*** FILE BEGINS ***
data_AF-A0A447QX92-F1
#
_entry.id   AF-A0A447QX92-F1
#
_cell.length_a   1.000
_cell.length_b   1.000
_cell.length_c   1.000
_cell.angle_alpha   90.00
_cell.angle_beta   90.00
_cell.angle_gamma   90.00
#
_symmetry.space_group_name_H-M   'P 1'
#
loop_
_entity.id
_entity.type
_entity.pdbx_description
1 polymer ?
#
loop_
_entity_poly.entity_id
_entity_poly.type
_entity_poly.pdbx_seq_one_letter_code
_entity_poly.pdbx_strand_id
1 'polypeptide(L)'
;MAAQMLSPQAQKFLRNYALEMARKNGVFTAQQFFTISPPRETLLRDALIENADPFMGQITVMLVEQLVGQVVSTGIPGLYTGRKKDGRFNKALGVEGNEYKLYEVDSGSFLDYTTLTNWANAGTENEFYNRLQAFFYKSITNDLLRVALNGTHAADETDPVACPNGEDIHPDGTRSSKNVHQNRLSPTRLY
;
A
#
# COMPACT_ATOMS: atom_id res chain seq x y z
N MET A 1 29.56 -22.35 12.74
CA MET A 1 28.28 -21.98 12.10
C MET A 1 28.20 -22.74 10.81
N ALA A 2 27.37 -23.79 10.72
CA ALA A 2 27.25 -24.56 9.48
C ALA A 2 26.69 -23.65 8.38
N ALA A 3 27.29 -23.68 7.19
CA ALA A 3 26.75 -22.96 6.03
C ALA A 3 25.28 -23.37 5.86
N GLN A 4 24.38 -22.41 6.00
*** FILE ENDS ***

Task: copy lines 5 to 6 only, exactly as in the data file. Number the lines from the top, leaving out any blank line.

_cell.length_a   1.000
_cell.length_b   1.000